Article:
An interview with Andy Wood, Executive Director – Corporate Services, Department of Finance, Western Australian Government


“I don’t believe there should be limits to complete digital consolidation across government unless there are strict confidentiality, legislative or other practical reasons for separation. There are certainly opportunities for consolidation of core platforms across the public sector to service the community in a more streamlined and convenient manner.”

Andy Wood was last year named among CIO’s Top 50 digital and tech chiefs in Australia. This is not by accident. Wood, as Executive Director, Corporate Services of WA’s Department of Finance, has been a key driving force behind the progressive transformation of the Government’s once infamously laggard digital infrastructure. Not only has he been one of the chief stewards of WA’s whole-of-government GovNext-ICT reform agenda, but also the leading advocate for the finance department’s migration from on-prem servers to the on-demand cloud – despite some fierce resistance from within to the transition.

FST Government speaks with Andy Wood on the progress of WA’s comprehensive GovNext program and cloud adoption, the importance of progressing digital consolidation projects, and the challenges of delivering equitable digital services across one of the largest and most isolated states in the world.

FST Government: WA’s digital transformation mission is embodied in the GovNext-ICT program, tasked with consolidating discrete government agencies through cloud technologies. Walk us through the progress of GovNext so far. What fruits has the project borne since its implementation?

Wood: The Office of Digital Government has overall responsibility for the delivery of GovNext across the WA Public Sector and is leading the Government’s digital reform agenda.

The Department of Finance has completed its transition to the cloud as a first step in its broader digital transformation. As a result of the move to Microsoft Azure’s cloud technology, Finance is no longer an infrastructure owner and operator but a consumer of cloud. We moved workloads from around 850 on-premise servers spread across three datacentres to 330 virtual servers in the cloud. As a result, Finance was able to streamline staff processes, automate repetitive commodity tasks, particularly power scheduling and scripts processing requests, and have the ability to flex to meet changing expectations and demands.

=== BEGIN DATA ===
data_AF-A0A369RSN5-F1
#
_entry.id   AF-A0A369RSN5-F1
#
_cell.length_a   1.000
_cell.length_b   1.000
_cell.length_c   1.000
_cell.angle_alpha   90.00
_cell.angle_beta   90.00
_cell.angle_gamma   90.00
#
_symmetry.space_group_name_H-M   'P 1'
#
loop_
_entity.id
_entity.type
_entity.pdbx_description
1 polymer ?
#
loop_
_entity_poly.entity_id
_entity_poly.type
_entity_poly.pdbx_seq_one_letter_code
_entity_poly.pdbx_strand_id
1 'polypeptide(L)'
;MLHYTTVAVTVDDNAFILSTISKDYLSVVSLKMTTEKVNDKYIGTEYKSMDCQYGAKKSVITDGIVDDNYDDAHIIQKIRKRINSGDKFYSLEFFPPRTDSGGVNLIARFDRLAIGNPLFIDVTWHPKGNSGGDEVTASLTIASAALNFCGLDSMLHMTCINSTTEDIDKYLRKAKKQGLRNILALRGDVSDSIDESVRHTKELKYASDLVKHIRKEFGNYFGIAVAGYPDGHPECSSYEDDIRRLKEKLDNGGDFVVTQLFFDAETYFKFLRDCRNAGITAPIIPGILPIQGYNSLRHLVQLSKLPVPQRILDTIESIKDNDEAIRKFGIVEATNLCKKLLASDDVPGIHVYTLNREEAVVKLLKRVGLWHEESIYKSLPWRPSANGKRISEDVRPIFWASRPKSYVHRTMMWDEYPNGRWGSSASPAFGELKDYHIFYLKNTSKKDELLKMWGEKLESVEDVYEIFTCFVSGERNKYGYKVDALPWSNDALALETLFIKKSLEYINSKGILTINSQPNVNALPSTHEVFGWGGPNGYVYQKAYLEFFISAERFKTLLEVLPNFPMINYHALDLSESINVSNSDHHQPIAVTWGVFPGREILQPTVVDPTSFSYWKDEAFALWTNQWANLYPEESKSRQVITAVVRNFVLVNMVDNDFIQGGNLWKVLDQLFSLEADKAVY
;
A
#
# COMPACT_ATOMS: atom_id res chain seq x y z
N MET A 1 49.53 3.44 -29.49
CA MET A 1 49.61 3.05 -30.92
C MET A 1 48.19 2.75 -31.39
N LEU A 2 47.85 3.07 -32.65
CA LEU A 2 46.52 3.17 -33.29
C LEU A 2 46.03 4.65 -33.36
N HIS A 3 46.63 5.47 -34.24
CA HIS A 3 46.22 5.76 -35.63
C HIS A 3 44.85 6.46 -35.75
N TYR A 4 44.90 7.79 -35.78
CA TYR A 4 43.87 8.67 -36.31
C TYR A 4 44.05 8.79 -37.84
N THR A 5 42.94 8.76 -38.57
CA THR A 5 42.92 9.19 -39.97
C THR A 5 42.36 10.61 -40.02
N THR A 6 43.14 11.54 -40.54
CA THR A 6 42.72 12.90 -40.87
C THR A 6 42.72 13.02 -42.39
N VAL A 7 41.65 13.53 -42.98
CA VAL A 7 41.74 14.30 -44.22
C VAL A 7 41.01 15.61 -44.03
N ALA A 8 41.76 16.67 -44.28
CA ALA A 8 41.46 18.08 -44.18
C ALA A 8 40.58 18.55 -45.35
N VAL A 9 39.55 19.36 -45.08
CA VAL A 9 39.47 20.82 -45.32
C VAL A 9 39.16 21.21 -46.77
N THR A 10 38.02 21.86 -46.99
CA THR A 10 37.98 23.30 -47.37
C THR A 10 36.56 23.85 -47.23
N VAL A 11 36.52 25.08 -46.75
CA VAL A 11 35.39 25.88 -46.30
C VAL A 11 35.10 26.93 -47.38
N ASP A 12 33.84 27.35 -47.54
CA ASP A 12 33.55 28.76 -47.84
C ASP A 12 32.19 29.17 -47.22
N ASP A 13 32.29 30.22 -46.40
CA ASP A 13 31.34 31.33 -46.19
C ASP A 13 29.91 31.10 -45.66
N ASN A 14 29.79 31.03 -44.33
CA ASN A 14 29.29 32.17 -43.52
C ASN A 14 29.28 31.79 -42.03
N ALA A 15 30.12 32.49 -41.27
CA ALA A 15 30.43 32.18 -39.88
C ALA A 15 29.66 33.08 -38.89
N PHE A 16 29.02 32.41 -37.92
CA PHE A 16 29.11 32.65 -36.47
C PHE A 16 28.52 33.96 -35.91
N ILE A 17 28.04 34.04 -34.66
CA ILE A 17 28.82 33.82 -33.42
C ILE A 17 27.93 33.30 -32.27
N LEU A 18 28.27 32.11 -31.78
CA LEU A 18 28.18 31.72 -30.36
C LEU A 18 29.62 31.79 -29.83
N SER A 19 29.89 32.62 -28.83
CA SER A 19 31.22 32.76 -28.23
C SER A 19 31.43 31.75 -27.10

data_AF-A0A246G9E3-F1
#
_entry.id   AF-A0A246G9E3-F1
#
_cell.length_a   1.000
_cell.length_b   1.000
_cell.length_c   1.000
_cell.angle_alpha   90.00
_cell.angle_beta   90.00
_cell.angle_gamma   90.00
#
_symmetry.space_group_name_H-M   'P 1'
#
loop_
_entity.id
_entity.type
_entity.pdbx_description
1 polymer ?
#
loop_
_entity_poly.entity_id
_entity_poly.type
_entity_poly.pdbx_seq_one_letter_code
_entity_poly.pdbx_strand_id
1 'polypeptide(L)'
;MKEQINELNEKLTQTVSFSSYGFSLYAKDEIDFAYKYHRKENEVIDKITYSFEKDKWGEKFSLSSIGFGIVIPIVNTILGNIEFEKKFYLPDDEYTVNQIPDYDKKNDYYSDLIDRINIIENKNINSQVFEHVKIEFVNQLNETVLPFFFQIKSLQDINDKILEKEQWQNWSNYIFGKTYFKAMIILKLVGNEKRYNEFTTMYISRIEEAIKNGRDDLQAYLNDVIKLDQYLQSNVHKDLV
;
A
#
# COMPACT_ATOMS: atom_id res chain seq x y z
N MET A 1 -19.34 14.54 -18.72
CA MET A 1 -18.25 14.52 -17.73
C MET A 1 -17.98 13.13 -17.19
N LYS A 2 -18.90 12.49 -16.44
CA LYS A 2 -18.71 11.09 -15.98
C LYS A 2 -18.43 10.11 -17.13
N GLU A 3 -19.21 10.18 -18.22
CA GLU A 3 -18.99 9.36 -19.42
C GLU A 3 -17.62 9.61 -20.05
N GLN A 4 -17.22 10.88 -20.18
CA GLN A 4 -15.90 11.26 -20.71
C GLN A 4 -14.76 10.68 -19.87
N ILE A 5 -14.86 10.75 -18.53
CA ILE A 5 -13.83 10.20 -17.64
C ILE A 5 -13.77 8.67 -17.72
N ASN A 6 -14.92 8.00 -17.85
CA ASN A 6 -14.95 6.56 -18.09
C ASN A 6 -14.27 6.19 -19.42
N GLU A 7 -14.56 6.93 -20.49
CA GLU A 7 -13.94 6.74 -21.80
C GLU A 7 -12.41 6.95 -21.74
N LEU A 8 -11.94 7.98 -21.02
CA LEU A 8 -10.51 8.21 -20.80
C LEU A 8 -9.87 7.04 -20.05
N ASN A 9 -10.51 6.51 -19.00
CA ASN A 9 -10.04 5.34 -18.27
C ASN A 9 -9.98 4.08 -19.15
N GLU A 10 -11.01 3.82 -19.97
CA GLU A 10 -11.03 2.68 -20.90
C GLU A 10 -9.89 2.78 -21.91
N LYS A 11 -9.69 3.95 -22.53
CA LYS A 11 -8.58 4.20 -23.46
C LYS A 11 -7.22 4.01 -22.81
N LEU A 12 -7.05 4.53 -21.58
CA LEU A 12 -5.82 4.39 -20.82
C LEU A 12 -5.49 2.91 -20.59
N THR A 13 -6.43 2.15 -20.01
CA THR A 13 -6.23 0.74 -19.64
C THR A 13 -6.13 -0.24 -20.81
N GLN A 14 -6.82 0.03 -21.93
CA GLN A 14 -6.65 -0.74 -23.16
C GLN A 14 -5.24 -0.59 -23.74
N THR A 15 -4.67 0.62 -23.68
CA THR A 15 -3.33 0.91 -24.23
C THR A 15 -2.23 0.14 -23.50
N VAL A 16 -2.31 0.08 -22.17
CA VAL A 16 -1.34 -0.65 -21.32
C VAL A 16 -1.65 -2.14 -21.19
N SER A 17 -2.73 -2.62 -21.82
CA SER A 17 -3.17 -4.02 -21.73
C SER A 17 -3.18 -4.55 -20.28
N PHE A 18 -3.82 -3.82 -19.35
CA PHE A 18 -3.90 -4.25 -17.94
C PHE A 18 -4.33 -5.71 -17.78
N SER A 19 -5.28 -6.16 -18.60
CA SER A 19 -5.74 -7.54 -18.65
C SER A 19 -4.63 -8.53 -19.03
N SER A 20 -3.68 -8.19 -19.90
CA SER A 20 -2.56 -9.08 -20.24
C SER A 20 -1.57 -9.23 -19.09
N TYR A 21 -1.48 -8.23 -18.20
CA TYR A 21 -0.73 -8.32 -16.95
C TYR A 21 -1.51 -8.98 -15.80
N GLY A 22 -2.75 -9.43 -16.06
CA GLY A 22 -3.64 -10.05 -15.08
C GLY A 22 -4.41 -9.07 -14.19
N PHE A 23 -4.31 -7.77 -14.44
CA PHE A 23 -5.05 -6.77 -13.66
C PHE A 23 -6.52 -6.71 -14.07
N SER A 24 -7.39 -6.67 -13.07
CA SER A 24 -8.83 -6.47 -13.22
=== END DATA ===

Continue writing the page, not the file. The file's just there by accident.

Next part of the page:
FST Government: Should there be limits to digital consolidation between agencies? Why is some degree of separation necessary or even desirable?

Wood: I don’t believe there should be limits to complete digital consolidation across government unless there are strict confidentiality, legislative or other practical reasons for separation. There are certainly opportunities for consolidation of core platforms across the public sector to service the community in a more streamlined and convenient manner.

The whole-of-government website,, is a great example of the Government’s intent to remove duplication and to create a unified, consistent, and customer-centric platform to improve the citizen experience. The Department of Finance is currently pursuing the benefits of transitioning its online presence to and creating the blueprint for change that can be shared and reused.

Finance is working directly with customers to better understand user journeys, pain points, and expectations, so that information and services can be designed around customer needs and away from traditional agency-centric architectures.

The co-design approach will help validate design choices inherent within and introduce features and services that directly benefit customers, including improving accessibility, increasing findability, and enabling access across a range of mobile-friendly devices. Customers of other agencies are likely to have similar needs, so developing the overarching functionality will enable it to be re-used across the sector.

Additionally, is a great example of digital data consolidation. The WA Government offers open data sets sources from across government for use by non-government organisations, industry, academia, and the public. Uses of the data include financial and evidence-based policy decisions, strategic and targeted cross-agency collaboration, and development of innovative solutions. Better use of data also supports government efficiencies and savings and, for industry, it offers opportunities to develop new business and improved decision-making.